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A Separate Peace

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Therese Lastname

on 1 May 2013

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Transcript of A Separate Peace

A SEPARATE PEACE By: John Knowles John Knowles 1926-2001
Book is autobiographical
Knowles attended Phillips Exeter Academy, a prestigious boarding school for boys in New Hampshire and was the inspiration for Devon High School
He modeled Gene Forrester, the narrator, after himself
Phineas was inspired by Knowles' exceptionally athletic friend at Phillips Exeter Academy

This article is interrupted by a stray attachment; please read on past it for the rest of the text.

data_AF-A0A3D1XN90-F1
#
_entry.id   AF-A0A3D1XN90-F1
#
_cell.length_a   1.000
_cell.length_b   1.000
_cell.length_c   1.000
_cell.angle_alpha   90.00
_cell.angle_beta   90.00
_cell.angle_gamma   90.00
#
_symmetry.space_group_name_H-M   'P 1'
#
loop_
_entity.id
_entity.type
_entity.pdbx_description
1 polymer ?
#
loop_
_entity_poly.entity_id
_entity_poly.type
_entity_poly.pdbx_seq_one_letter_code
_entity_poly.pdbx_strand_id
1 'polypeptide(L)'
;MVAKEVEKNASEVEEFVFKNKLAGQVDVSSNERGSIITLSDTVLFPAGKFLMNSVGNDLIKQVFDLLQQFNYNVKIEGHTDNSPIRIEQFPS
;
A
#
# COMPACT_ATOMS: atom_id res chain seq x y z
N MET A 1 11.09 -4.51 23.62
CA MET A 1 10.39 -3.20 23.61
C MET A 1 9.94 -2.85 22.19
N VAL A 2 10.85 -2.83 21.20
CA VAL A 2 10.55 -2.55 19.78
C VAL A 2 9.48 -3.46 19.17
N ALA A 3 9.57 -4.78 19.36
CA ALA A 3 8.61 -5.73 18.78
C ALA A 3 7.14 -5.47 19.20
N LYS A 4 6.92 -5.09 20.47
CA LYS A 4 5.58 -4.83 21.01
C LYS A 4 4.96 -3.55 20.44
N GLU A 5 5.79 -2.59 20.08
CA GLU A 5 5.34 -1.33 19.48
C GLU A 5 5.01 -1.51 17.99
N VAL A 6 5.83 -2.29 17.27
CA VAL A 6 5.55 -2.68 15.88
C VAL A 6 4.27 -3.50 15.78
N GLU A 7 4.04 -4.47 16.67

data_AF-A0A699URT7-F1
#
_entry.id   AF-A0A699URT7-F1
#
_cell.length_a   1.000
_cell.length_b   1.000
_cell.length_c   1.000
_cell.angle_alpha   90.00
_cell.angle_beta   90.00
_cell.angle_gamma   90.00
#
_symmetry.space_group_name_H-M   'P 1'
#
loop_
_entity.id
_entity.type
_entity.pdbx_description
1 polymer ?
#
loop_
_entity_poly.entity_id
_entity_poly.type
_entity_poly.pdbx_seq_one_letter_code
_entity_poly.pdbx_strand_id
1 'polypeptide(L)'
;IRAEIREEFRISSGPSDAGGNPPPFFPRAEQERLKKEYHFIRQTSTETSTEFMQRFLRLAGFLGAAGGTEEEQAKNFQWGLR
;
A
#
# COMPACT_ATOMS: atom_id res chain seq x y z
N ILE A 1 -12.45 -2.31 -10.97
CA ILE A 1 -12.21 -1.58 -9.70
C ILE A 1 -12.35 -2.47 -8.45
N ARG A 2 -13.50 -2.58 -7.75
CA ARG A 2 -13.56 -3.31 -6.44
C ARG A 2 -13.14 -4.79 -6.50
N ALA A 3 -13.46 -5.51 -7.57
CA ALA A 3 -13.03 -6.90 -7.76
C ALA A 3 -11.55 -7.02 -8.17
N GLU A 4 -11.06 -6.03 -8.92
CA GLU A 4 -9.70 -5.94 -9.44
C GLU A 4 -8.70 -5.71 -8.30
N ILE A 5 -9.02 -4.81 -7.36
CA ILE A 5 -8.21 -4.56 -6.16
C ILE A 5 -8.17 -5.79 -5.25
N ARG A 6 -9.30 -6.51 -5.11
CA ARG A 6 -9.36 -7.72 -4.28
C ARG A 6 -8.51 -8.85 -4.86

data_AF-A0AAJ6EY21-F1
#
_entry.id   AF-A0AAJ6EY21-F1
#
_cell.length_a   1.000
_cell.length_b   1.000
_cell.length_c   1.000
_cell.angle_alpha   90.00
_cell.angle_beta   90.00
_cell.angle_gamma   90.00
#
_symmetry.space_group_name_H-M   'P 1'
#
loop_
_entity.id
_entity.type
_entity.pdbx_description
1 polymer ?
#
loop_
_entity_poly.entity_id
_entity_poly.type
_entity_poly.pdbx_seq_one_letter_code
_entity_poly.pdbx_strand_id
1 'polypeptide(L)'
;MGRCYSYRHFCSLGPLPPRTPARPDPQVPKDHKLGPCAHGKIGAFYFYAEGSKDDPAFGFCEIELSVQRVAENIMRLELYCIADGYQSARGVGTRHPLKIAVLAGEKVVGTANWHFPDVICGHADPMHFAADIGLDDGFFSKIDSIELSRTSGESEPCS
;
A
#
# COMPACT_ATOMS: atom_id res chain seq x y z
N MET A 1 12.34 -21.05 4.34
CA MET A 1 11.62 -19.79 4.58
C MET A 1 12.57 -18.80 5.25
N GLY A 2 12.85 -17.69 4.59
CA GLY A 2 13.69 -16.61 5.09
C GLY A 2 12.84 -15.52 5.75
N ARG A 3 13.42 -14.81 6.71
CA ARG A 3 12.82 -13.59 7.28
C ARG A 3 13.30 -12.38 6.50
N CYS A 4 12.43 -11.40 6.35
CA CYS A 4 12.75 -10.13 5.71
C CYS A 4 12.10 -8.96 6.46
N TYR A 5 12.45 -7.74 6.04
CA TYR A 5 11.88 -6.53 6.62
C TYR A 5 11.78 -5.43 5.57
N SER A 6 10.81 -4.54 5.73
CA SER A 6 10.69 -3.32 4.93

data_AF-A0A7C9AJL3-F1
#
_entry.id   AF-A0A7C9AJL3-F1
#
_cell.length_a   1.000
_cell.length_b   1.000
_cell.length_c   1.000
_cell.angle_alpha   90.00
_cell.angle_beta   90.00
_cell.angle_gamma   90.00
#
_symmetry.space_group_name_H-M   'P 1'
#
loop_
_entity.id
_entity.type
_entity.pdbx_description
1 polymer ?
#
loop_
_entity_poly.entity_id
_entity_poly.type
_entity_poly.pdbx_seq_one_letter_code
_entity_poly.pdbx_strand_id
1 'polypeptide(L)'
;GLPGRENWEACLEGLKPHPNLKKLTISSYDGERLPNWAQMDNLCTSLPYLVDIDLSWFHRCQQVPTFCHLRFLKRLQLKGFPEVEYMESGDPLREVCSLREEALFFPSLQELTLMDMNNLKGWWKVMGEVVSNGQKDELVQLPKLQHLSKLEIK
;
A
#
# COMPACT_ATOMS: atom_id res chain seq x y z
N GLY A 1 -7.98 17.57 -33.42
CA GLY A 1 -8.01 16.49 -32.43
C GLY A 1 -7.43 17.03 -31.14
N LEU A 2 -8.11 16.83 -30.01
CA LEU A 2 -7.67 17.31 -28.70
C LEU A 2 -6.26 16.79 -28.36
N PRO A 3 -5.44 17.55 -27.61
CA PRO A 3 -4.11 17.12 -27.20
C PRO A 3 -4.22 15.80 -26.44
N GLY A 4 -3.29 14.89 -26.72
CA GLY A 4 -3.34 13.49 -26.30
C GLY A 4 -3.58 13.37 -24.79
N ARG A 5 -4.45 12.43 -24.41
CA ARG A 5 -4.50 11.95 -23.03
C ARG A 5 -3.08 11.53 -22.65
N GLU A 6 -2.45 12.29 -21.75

Wrote book to work through issues he wrestled with as a student during WWII
WWII was a burning issue with Knowles and his classmates Plot Characters Gene Forrester Gene
Narrator and protagonist
16 years old
Student at Devon
Straight A student
Hopes to become Valedictorian
Thoughtful, intelligent, competitive nature
Best friend and roommate of Phineas
Also friends with Brinker and Leper Phineas Phineas
Best friend and roommate of Gene
Class average of C
Persuasive, Honest, handsome, self-confident, disarming, extremely likable
Best athlete in the school
In short, he seems perfect in almost every way (except his grades)
Talent for engaging others with his spontaneity and sheer joy of living
Frequently gets into trouble, but he has the ability to talk his way out of almost any predicament
Never perceives anyone as an enemy, and never strives to defeat others
Relishes pure achievement rather than competition
His fatal flaw is that he assumes that everyone shares his enthusiastic and good-natured spirit Brinker Hadley Brinker
6 feet tall